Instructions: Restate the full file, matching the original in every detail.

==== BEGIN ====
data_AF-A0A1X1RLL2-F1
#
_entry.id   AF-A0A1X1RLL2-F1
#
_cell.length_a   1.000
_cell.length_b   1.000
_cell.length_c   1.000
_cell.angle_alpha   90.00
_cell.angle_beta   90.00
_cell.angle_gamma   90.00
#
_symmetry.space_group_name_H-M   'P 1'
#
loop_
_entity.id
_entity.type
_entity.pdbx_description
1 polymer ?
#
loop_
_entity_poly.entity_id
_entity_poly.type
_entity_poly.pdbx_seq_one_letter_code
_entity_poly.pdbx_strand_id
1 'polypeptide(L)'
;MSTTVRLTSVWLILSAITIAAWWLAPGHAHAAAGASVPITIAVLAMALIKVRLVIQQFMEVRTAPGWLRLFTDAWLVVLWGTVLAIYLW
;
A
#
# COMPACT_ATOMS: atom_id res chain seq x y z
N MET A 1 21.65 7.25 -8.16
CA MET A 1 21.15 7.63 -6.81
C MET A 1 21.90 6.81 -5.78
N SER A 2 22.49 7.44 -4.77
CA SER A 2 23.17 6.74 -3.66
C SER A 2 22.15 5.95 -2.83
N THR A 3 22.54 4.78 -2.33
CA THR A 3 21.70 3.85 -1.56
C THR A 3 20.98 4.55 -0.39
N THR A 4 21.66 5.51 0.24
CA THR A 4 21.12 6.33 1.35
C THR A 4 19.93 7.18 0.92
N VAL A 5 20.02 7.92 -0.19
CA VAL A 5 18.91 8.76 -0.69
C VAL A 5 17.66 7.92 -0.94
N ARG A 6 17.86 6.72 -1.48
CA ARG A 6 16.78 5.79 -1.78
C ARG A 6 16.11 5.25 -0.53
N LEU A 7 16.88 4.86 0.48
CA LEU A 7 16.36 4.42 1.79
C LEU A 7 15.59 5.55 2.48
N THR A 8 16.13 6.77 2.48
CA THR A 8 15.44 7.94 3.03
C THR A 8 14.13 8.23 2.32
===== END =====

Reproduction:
data_AF-A0A1X1RLL2-F1
#
_entry.id   AF-A0A1X1RLL2-F1
#
_cell.length_a   1.000
_cell.length_b   1.000
_cell.length_c   1.000
_cell.angle_alpha   90.00
_cell.angle_beta   90.00
_cell.angle_gamma   90.00
#
_symmetry.space_group_name_H-M   'P 1'
#
loop_
_entity.id
_entity.type
_entity.pdbx_description
1 polymer ?
#
loop_
_entity_poly.entity_id
_entity_poly.type
_entity_poly.pdbx_seq_one_letter_code
_entity_poly.pdbx_strand_id
1 'polypeptide(L)'
;MSTTVRLTSVWLILSAITIAAWWLAPGHAHAAAGASVPITIAVLAMALIKVRLVIQQFMEVRTAPGWLRLFTDAWLVVLWGTVLAIYLW
;
A
#
# COMPACT_ATOMS: atom_id res chain seq x y z
N MET A 1 21.65 7.25 -8.16
CA MET A 1 21.15 7.63 -6.81
C MET A 1 21.90 6.81 -5.78
N SER A 2 22.49 7.44 -4.77
CA SER A 2 23.17 6.74 -3.66
C SER A 2 22.15 5.95 -2.83
N THR A 3 22.54 4.78 -2.33
CA THR A 3 21.70 3.85 -1.56
C THR A 3 20.98 4.55 -0.39
N THR A 4 21.66 5.51 0.24
CA THR A 4 21.12 6.33 1.35
C THR A 4 19.93 7.18 0.92
N VAL A 5 20.02 7.92 -0.19
CA VAL A 5 18.91 8.76 -0.69
C VAL A 5 17.66 7.92 -0.94
N ARG A 6 17.86 6.72 -1.48
CA ARG A 6 16.78 5.79 -1.78
C ARG A 6 16.11 5.25 -0.53
N LEU A 7 16.88 4.86 0.48
CA LEU A 7 16.36 4.42 1.79
C LEU A 7 15.59 5.55 2.48
N THR A 8 16.13 6.77 2.48
CA THR A 8 15.44 7.94 3.03
C THR A 8 14.13 8.23 2.32